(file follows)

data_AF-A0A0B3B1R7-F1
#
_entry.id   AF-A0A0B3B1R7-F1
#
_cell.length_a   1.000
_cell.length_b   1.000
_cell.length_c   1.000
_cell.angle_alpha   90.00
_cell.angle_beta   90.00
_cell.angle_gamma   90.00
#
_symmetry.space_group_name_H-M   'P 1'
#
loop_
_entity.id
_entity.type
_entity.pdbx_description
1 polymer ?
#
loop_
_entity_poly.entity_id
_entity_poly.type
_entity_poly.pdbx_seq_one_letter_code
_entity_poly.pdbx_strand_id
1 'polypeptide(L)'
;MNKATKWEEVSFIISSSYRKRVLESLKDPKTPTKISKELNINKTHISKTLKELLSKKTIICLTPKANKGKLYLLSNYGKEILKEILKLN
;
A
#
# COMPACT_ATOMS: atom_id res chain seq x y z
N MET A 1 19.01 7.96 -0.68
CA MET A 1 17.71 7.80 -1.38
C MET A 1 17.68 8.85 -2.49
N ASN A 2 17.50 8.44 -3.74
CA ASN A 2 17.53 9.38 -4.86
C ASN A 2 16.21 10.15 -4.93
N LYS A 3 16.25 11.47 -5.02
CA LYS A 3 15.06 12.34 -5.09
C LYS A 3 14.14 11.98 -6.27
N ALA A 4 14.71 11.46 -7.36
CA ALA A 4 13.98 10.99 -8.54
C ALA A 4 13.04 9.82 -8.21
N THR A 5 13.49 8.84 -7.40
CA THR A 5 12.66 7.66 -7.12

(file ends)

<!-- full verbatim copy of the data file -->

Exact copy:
data_AF-A0A0B3B1R7-F1
#
_entry.id   AF-A0A0B3B1R7-F1
#
_cell.length_a   1.000
_cell.length_b   1.000
_cell.length_c   1.000
_cell.angle_alpha   90.00
_cell.angle_beta   90.00
_cell.angle_gamma   90.00
#
_symmetry.space_group_name_H-M   'P 1'
#
loop_
_entity.id
_entity.type
_entity.pdbx_description
1 polymer ?
#
loop_
_entity_poly.entity_id
_entity_poly.type
_entity_poly.pdbx_seq_one_letter_code
_entity_poly.pdbx_strand_id
1 'polypeptide(L)'
;MNKATKWEEVSFIISSSYRKRVLESLKDPKTPTKISKELNINKTHISKTLKELLSKKTIICLTPKANKGKLYLLSNYGKEILKEILKLN
;
A
#
# COMPACT_ATOMS: atom_id res chain seq x y z
N MET A 1 19.01 7.96 -0.68
CA MET A 1 17.71 7.80 -1.38
C MET A 1 17.68 8.85 -2.49
N ASN A 2 17.50 8.44 -3.74
CA ASN A 2 17.53 9.38 -4.86
C ASN A 2 16.21 10.15 -4.93
N LYS A 3 16.25 11.47 -5.02
CA LYS A 3 15.06 12.34 -5.09
C LYS A 3 14.14 11.98 -6.27
N ALA A 4 14.71 11.46 -7.36
CA ALA A 4 13.98 10.99 -8.54
C ALA A 4 13.04 9.82 -8.21
N THR A 5 13.49 8.84 -7.40
CA THR A 5 12.66 7.66 -7.12